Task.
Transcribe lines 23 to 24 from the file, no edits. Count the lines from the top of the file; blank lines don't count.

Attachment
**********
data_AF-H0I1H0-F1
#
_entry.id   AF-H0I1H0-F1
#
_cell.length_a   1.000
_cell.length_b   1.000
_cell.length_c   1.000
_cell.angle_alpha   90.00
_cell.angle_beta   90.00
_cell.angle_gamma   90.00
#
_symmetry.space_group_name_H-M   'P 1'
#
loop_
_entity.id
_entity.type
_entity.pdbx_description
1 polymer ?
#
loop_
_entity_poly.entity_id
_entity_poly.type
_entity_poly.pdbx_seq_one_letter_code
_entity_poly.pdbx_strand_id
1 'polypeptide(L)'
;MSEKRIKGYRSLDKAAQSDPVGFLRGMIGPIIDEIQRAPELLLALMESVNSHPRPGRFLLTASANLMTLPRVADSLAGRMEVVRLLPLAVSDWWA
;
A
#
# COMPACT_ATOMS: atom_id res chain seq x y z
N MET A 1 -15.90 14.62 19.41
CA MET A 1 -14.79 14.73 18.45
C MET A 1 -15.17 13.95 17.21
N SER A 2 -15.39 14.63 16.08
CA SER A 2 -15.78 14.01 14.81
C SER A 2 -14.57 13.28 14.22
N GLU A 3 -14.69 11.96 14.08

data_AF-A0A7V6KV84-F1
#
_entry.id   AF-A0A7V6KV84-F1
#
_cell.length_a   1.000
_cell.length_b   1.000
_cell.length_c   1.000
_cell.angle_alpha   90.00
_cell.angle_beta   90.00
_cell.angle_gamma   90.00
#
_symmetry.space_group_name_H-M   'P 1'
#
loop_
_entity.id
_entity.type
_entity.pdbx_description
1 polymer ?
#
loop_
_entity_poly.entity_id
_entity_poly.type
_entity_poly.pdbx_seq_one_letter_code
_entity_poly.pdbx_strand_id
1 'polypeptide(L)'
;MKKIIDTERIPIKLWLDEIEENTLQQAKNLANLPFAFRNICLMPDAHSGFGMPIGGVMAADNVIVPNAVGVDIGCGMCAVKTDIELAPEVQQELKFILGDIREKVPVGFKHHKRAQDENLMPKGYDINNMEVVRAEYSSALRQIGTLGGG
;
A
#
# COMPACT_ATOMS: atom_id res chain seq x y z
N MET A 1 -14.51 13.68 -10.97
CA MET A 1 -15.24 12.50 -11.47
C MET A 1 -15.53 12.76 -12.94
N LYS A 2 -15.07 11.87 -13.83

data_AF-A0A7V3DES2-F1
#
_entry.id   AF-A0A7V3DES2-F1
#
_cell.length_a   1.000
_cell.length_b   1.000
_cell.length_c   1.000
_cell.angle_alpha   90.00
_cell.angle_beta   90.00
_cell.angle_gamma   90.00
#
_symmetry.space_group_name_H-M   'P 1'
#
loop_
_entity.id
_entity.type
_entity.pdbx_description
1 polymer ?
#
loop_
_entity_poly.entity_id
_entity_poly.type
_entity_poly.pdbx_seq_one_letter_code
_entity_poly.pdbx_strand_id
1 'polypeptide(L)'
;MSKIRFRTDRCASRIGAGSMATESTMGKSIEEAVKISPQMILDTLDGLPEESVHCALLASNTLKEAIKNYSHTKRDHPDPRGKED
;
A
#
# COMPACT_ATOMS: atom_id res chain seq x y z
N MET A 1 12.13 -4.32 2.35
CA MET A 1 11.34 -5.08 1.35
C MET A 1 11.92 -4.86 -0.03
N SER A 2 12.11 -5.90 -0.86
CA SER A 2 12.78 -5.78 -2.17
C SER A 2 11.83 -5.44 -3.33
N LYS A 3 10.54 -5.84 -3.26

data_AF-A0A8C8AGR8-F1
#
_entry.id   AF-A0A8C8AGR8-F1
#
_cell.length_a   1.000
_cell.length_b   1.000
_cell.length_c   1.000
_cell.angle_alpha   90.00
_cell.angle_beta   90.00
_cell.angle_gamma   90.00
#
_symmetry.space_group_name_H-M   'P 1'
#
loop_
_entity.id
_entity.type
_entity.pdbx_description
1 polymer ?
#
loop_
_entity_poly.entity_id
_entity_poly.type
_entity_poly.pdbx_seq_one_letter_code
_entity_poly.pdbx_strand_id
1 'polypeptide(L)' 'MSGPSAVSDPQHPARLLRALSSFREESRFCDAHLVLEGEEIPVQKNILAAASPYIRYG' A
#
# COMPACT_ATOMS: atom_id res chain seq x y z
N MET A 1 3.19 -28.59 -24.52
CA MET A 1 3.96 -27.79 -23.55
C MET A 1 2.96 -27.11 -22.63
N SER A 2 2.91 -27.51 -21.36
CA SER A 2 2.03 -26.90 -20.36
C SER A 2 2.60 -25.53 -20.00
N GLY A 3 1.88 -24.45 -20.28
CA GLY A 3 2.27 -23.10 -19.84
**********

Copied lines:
_entity_poly.pdbx_seq_one_letter_code
_entity_poly.pdbx_strand_id